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Victoria - Organisation

Geelong Orphan Asylum (c. 1854 - 1862)

  • Click to view this Photograph

    Old Geelong Orphanage Asylum and Common School, courtesy of National Trust Database.
    Details

From
c. 1854
To
1862
Categories
Care Provider, Home, Non-denominational and Orphanage

The Geelong Orphan Asylum was established in 1854. In 1862, the name of the orphanage changed to Geelong Protestant Orphanage, to clarify the asylum's religious connections, although there was no formal connection between the Orphanage and the church.

Details

The Geelong Orphan Asylum came into being as a result of a public meeting in 1854, called by William Hingston Baylie, Mayor of Geelong, 'to promote the establishment of an Orphan Asylum in the town of Geelong.' As a result of the meeting, a committee was formed and work commenced immediately.

Community concerns about orphaned, abandoned and neglected children in Geelong led to the campaign for the town to have its own orphan asylum. The supporters of the Geelong Orphan Asylum largely came from Geelong's Protestant community, however it had no formal affiliations with the church or other religious groups.

Just as had occurred in Melbourne and other large provincial towns, the gold rushes had caused major social upheaval, leading to concern about the number of destitute, 'neglected', abandoned or orphaned children and the lack of public facilities for them.

The community of Geelong regarded the establishment of its own orphanage as fulfilling a social and moral responsibility to children and their families. A Geelong businessman, James Austin contributed to the Orphan Asylum as a co-founder and patron alongside William Baylie, and many other local residents made contributions to local fundraising efforts.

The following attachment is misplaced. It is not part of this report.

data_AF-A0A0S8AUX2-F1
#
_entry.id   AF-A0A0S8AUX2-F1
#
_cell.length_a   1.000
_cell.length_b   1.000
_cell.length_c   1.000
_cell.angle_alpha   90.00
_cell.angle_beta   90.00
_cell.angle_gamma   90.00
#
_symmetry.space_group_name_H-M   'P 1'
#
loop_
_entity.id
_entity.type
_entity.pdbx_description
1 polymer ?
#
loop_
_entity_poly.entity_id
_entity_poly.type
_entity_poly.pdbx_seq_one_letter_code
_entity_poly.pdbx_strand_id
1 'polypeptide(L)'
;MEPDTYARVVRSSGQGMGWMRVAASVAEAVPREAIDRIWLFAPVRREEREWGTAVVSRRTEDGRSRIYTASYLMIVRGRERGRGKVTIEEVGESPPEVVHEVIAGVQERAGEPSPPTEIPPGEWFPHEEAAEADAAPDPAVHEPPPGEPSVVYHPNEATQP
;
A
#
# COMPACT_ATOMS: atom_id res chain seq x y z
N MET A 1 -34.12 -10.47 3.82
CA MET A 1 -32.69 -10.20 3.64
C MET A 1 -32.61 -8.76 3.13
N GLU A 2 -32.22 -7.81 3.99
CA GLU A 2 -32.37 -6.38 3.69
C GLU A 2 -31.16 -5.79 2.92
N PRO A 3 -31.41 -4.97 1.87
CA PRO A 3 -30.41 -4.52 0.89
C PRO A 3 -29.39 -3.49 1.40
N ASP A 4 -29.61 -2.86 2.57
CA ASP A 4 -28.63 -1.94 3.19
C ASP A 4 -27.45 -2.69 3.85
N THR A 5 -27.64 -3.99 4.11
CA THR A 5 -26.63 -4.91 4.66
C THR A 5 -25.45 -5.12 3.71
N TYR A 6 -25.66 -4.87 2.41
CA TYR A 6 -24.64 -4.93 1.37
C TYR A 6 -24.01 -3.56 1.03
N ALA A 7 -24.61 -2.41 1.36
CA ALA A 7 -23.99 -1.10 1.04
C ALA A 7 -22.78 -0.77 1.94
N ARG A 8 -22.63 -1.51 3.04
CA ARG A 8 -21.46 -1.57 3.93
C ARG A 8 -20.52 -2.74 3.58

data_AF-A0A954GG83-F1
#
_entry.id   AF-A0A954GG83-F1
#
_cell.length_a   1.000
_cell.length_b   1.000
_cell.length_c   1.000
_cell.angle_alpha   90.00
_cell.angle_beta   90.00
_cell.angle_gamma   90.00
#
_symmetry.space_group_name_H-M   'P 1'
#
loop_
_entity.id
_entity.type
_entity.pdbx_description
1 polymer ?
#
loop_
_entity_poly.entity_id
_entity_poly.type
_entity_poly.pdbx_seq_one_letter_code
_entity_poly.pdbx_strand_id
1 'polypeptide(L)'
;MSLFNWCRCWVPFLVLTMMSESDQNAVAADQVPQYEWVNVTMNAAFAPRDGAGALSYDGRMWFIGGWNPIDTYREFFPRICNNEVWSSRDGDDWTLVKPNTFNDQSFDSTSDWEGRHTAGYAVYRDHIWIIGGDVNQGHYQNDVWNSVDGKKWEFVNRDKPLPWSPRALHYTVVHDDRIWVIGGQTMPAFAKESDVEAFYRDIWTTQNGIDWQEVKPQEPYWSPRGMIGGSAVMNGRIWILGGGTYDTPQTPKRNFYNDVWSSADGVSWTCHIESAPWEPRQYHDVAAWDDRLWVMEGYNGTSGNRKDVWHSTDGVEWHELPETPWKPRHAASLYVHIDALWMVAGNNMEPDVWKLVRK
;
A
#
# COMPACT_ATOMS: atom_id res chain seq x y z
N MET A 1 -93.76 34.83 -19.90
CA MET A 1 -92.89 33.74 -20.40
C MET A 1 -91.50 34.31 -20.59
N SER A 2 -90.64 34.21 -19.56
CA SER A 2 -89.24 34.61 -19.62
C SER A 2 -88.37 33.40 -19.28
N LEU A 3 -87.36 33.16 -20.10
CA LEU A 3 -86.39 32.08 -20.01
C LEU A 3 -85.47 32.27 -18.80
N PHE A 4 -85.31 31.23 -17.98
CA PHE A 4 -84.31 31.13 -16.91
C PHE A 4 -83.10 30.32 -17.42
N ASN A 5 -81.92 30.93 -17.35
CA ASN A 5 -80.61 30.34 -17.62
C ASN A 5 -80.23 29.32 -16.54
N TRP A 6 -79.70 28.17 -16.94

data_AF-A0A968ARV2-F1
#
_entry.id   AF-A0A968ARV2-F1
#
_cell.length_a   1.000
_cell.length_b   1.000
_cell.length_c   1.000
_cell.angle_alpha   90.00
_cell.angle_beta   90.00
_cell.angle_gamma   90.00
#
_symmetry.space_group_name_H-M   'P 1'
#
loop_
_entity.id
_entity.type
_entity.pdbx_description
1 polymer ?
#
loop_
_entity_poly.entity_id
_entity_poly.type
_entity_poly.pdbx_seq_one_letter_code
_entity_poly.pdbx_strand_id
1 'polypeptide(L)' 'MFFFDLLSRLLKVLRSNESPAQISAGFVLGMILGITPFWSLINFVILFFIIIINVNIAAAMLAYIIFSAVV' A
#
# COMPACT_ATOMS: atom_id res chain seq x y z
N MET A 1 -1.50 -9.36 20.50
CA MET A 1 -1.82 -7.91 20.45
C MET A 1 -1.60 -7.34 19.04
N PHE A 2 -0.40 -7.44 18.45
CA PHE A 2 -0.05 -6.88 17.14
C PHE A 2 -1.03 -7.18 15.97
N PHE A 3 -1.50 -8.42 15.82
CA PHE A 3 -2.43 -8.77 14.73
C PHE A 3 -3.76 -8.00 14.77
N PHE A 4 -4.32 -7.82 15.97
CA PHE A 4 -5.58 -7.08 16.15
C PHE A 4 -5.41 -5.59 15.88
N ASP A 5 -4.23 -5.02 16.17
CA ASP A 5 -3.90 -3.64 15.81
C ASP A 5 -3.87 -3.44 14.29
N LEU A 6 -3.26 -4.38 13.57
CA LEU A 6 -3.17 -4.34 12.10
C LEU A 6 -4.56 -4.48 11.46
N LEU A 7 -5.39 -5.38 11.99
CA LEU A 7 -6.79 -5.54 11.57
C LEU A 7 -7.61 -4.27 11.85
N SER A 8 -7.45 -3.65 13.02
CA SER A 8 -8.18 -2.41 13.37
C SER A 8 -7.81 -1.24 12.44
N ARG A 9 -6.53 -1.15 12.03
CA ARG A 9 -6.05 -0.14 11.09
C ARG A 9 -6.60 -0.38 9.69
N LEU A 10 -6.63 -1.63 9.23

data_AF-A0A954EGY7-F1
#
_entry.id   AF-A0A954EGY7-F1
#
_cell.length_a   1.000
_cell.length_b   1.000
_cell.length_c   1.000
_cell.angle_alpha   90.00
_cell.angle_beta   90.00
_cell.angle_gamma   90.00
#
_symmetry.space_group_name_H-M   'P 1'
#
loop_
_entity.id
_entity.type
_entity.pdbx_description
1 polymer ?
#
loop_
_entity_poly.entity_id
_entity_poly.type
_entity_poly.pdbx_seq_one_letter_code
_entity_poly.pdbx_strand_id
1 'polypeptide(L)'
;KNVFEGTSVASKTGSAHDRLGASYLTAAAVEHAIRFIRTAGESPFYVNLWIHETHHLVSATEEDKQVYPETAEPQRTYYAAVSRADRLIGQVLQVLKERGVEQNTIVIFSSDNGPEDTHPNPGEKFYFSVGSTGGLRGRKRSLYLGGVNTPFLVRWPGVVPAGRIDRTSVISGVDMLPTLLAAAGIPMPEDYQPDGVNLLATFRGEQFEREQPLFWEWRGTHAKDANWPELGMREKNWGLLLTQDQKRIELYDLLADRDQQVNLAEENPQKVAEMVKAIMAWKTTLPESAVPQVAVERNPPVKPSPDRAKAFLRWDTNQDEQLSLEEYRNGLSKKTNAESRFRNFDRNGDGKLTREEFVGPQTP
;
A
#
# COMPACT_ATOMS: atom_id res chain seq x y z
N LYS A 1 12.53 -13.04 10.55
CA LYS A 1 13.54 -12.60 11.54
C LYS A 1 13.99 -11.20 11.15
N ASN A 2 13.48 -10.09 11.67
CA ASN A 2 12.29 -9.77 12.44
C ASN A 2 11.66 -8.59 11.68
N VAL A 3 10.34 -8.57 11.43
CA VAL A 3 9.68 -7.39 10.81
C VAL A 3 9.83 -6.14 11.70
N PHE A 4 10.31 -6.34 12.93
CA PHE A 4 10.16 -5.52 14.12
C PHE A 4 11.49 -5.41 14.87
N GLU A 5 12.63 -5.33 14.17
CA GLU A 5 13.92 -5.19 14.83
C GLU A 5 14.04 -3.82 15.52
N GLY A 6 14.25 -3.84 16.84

The Geelong Orphan Asylum was established in a bluestone building at Herne Hill, now used as a museum for the Geelong Cement Works. The foundation stone for the Geelong Orphan Asylum was laid in March 1855 after the Committee received notification that the Government had allocated funds for the project. The building was completed in June 1885 and was ready to accept children from October 1855.

In 1862, the name of the orphanage changed to Geelong Protestant Orphanage, to clarify the asylum's religious connections and support base (distinguishing it from the Catholic orphanage in Geelong, St Augustine's, established in the mid 1850s). However there was no formal connection between the orphanage and the church.

Glastonbury Child and Family Services is the custodian of records from Geelong Orphan Asylum.

Location

1854
Location - The Geelong Orphan Asylum was established in McCurdy Road, Herne Hill, Geelong. Location: Geelong

Timeline

 c. 1854 - 1862 Geelong Orphan Asylum
       1862 - 1909 Geelong Protestant Orphan Asylum
             1909 - 1955 Geelong and Western District Protestant Orphanage
                   1955 - 1977 Glastonbury - Geelong Protestant Orphanage
                         1977 - 1984 Glastonbury Children's Home
                               1984 - 2011 Glastonbury Child and Family Services
                                     2011 - 2015 Glastonbury Community Services
                                           2015 - Barwon Child, Youth & Family

Publications

Books

  • Barnard, Jill; Twigg, Karen, Holding on to Hope: a history of the founding agencies of MacKillop Family Services 1854-1997, Australian Scholarly Publishing, Melbourne, 2004. Details
  • Jaggs, Donella, Advancing This Good Work: a history of Glastonbury Child & Family Services, Jaggs, Catherine, Glastonbury Child and Family Services, Belmont, Victoria, 1988, 80 pp. Details

Reports

  • James Jenkinson Consulting, Guide to out-of-home care services 1940-2000 - Volume One: Agency Descriptions, Department of Human Services, Unpublished, November 2001. Details

Online Resources

Photos

Title
Old Geelong Orphanage Asylum and Common School
Type
Image
Control
File number B1191
Source
National Trust Database

Details

Sources used to compile this entry: Barnard, Jill; Twigg, Karen, Holding on to Hope: a history of the founding agencies of MacKillop Family Services 1854-1997, Australian Scholarly Publishing, Melbourne, 2004.

Prepared by: Cate O'Neill